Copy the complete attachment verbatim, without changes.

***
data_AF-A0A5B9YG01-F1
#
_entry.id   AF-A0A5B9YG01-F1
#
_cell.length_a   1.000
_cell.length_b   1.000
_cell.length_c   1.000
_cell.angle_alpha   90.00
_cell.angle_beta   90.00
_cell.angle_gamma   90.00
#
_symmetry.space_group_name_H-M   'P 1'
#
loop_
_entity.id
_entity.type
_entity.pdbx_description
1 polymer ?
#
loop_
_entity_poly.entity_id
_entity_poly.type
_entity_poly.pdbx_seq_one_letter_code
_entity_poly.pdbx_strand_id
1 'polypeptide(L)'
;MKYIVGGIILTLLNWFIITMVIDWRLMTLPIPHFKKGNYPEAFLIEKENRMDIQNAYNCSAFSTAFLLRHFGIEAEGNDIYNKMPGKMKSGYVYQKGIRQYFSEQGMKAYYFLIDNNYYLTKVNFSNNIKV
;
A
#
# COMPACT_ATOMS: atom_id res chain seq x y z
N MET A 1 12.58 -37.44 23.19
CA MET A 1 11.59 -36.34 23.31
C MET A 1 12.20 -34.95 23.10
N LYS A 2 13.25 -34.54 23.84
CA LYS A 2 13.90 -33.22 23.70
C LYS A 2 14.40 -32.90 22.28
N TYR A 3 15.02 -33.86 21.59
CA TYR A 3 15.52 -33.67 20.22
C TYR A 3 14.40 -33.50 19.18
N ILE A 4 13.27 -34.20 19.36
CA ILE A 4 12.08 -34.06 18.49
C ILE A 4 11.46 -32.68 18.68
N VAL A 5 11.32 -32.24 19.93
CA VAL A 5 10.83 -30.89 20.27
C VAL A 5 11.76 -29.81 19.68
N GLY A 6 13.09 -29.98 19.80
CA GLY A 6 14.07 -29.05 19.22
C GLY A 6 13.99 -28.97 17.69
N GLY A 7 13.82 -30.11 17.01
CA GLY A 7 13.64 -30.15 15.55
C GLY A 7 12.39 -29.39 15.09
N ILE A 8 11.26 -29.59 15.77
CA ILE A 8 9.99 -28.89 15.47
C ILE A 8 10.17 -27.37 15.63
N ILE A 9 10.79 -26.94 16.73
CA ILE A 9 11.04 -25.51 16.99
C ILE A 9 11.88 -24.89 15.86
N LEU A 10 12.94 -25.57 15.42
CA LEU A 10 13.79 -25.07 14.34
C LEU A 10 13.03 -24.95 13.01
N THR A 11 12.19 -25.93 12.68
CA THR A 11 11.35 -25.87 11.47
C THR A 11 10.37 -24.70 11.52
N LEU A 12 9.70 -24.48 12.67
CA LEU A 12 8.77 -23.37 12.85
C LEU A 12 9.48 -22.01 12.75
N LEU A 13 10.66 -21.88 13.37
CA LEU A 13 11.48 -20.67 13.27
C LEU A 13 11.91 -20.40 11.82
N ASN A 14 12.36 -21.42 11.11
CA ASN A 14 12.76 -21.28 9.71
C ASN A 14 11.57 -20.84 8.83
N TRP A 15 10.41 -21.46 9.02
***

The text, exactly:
data_AF-A0A5B9YG01-F1
#
_entry.id   AF-A0A5B9YG01-F1
#
_cell.length_a   1.000
_cell.length_b   1.000
_cell.length_c   1.000
_cell.angle_alpha   90.00
_cell.angle_beta   90.00
_cell.angle_gamma   90.00
#
_symmetry.space_group_name_H-M   'P 1'
#
loop_
_entity.id
_entity.type
_entity.pdbx_description
1 polymer ?
#
loop_
_entity_poly.entity_id
_entity_poly.type
_entity_poly.pdbx_seq_one_letter_code
_entity_poly.pdbx_strand_id
1 'polypeptide(L)'
;MKYIVGGIILTLLNWFIITMVIDWRLMTLPIPHFKKGNYPEAFLIEKENRMDIQNAYNCSAFSTAFLLRHFGIEAEGNDIYNKMPGKMKSGYVYQKGIRQYFSEQGMKAYYFLIDNNYYLTKVNFSNNIKV
;
A
#
# COMPACT_ATOMS: atom_id res chain seq x y z
N MET A 1 12.58 -37.44 23.19
CA MET A 1 11.59 -36.34 23.31
C MET A 1 12.20 -34.95 23.10
N LYS A 2 13.25 -34.54 23.84
CA LYS A 2 13.90 -33.22 23.70
C LYS A 2 14.40 -32.90 22.28
N TYR A 3 15.02 -33.86 21.59
CA TYR A 3 15.52 -33.67 20.22
C TYR A 3 14.40 -33.50 19.18
N ILE A 4 13.27 -34.20 19.36
CA ILE A 4 12.08 -34.06 18.49
C ILE A 4 11.46 -32.68 18.68
N VAL A 5 11.32 -32.24 19.93
CA VAL A 5 10.83 -30.89 20.27
C VAL A 5 11.76 -29.81 19.68
N GLY A 6 13.09 -29.98 19.80
CA GLY A 6 14.07 -29.05 19.22
C GLY A 6 13.99 -28.97 17.69
N GLY A 7 13.82 -30.11 17.01
CA GLY A 7 13.64 -30.15 15.55
C GLY A 7 12.39 -29.39 15.09
N ILE A 8 11.26 -29.59 15.77
CA ILE A 8 9.99 -28.89 15.47
C ILE A 8 10.17 -27.37 15.63
N ILE A 9 10.79 -26.94 16.73
CA ILE A 9 11.04 -25.51 16.99
C ILE A 9 11.88 -24.89 15.86
N LEU A 10 12.94 -25.57 15.42
CA LEU A 10 13.79 -25.07 14.34
C LEU A 10 13.03 -24.95 13.01
N THR A 11 12.19 -25.93 12.68
CA THR A 11 11.35 -25.87 11.47
C THR A 11 10.37 -24.70 11.52
N LEU A 12 9.70 -24.48 12.67
CA LEU A 12 8.77 -23.37 12.85
C LEU A 12 9.48 -22.01 12.75
N LEU A 13 10.66 -21.88 13.37
CA LEU A 13 11.48 -20.67 13.27
C LEU A 13 11.91 -20.40 11.82
N ASN A 14 12.36 -21.42 11.11
CA ASN A 14 12.76 -21.28 9.71
C ASN A 14 11.57 -20.84 8.83
N TRP A 15 10.41 -21.46 9.02